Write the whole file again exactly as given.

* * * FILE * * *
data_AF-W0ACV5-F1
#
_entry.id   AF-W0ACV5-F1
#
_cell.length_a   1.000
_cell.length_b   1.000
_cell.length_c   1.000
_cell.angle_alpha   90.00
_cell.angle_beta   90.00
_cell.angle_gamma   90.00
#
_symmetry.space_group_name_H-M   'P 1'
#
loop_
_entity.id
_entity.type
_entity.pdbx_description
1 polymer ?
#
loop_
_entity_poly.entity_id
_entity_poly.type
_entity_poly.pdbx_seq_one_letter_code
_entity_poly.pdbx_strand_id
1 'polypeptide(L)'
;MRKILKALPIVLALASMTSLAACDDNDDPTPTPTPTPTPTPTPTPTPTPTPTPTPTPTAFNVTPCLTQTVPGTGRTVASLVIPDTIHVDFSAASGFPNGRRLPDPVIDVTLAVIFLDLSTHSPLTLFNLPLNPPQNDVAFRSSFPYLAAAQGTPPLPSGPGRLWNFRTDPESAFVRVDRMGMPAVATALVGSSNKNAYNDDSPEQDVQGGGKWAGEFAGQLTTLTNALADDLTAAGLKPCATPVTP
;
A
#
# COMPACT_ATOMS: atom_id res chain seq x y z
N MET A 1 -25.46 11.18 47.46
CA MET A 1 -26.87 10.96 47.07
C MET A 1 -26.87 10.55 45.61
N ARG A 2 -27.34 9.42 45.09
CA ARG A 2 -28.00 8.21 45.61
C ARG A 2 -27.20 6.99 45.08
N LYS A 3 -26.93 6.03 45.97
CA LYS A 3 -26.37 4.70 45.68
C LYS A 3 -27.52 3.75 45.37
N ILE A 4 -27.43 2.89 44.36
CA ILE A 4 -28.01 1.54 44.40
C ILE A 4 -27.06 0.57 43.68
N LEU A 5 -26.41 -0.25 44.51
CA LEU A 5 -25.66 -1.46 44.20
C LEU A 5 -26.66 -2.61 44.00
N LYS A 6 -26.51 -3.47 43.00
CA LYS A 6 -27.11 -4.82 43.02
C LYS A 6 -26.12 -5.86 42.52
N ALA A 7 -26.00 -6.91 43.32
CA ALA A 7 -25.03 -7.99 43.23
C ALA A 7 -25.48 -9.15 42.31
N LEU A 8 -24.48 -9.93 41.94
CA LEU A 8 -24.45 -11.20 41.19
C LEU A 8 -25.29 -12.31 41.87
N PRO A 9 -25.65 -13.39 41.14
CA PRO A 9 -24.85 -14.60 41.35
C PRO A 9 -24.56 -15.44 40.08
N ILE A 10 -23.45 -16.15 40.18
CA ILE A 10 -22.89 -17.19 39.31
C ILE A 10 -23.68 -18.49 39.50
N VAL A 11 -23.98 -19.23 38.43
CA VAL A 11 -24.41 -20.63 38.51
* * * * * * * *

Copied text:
data_AF-W0ACV5-F1
#
_entry.id   AF-W0ACV5-F1
#
_cell.length_a   1.000
_cell.length_b   1.000
_cell.length_c   1.000
_cell.angle_alpha   90.00
_cell.angle_beta   90.00
_cell.angle_gamma   90.00
#
_symmetry.space_group_name_H-M   'P 1'
#
loop_
_entity.id
_entity.type
_entity.pdbx_description
1 polymer ?
#
loop_
_entity_poly.entity_id
_entity_poly.type
_entity_poly.pdbx_seq_one_letter_code
_entity_poly.pdbx_strand_id
1 'polypeptide(L)'
;MRKILKALPIVLALASMTSLAACDDNDDPTPTPTPTPTPTPTPTPTPTPTPTPTPTPTAFNVTPCLTQTVPGTGRTVASLVIPDTIHVDFSAASGFPNGRRLPDPVIDVTLAVIFLDLSTHSPLTLFNLPLNPPQNDVAFRSSFPYLAAAQGTPPLPSGPGRLWNFRTDPESAFVRVDRMGMPAVATALVGSSNKNAYNDDSPEQDVQGGGKWAGEFAGQLTTLTNALADDLTAAGLKPCATPVTP
;
A
#
# COMPACT_ATOMS: atom_id res chain seq x y z
N MET A 1 -25.46 11.18 47.46
CA MET A 1 -26.87 10.96 47.07
C MET A 1 -26.87 10.55 45.61
N ARG A 2 -27.34 9.42 45.09
CA ARG A 2 -28.00 8.21 45.61
C ARG A 2 -27.20 6.99 45.08
N LYS A 3 -26.93 6.03 45.97
CA LYS A 3 -26.37 4.70 45.68
C LYS A 3 -27.52 3.75 45.37
N ILE A 4 -27.43 2.89 44.36
CA ILE A 4 -28.01 1.54 44.40
C ILE A 4 -27.06 0.57 43.68
N LEU A 5 -26.41 -0.25 44.51
CA LEU A 5 -25.66 -1.46 44.20
C LEU A 5 -26.66 -2.61 44.00
N LYS A 6 -26.51 -3.47 43.00
CA LYS A 6 -27.11 -4.82 43.02
C LYS A 6 -26.12 -5.86 42.52
N ALA A 7 -26.00 -6.91 43.32
CA ALA A 7 -25.03 -7.99 43.23
C ALA A 7 -25.48 -9.15 42.31
N LEU A 8 -24.48 -9.93 41.94
CA LEU A 8 -24.45 -11.20 41.19
C LEU A 8 -25.29 -12.31 41.87
N PRO A 9 -25.65 -13.39 41.14
CA PRO A 9 -24.85 -14.60 41.35
C PRO A 9 -24.56 -15.44 40.08
N ILE A 10 -23.45 -16.15 40.18
CA ILE A 10 -22.89 -17.19 39.31
C ILE A 10 -23.68 -18.49 39.50
N VAL A 11 -23.98 -19.23 38.43
CA VAL A 11 -24.41 -20.63 38.51